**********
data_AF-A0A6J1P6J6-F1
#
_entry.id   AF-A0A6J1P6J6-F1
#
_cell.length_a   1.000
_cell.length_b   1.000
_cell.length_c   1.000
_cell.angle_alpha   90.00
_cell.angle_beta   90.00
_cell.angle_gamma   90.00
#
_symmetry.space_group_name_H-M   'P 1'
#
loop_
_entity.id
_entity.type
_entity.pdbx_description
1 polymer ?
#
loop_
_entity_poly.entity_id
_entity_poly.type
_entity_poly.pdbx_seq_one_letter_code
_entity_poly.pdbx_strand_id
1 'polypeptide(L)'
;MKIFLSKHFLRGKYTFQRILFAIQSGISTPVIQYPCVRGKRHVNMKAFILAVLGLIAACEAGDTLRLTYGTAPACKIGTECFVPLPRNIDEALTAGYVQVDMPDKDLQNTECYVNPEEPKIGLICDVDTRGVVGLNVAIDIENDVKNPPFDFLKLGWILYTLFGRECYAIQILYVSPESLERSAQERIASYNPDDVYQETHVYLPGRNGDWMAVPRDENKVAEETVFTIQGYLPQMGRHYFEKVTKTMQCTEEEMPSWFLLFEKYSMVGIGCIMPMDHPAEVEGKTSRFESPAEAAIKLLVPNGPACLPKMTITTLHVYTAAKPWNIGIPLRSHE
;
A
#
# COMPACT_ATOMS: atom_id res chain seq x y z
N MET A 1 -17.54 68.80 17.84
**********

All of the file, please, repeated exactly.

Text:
data_AF-A0A6J1P6J6-F1
#
_entry.id   AF-A0A6J1P6J6-F1
#
_cell.length_a   1.000
_cell.length_b   1.000
_cell.length_c   1.000
_cell.angle_alpha   90.00
_cell.angle_beta   90.00
_cell.angle_gamma   90.00
#
_symmetry.space_group_name_H-M   'P 1'
#
loop_
_entity.id
_entity.type
_entity.pdbx_description
1 polymer ?
#
loop_
_entity_poly.entity_id
_entity_poly.type
_entity_poly.pdbx_seq_one_letter_code
_entity_poly.pdbx_strand_id
1 'polypeptide(L)'
;MKIFLSKHFLRGKYTFQRILFAIQSGISTPVIQYPCVRGKRHVNMKAFILAVLGLIAACEAGDTLRLTYGTAPACKIGTECFVPLPRNIDEALTAGYVQVDMPDKDLQNTECYVNPEEPKIGLICDVDTRGVVGLNVAIDIENDVKNPPFDFLKLGWILYTLFGRECYAIQILYVSPESLERSAQERIASYNPDDVYQETHVYLPGRNGDWMAVPRDENKVAEETVFTIQGYLPQMGRHYFEKVTKTMQCTEEEMPSWFLLFEKYSMVGIGCIMPMDHPAEVEGKTSRFESPAEAAIKLLVPNGPACLPKMTITTLHVYTAAKPWNIGIPLRSHE
;
A
#
# COMPACT_ATOMS: atom_id res chain seq x y z
N MET A 1 -17.54 68.80 17.84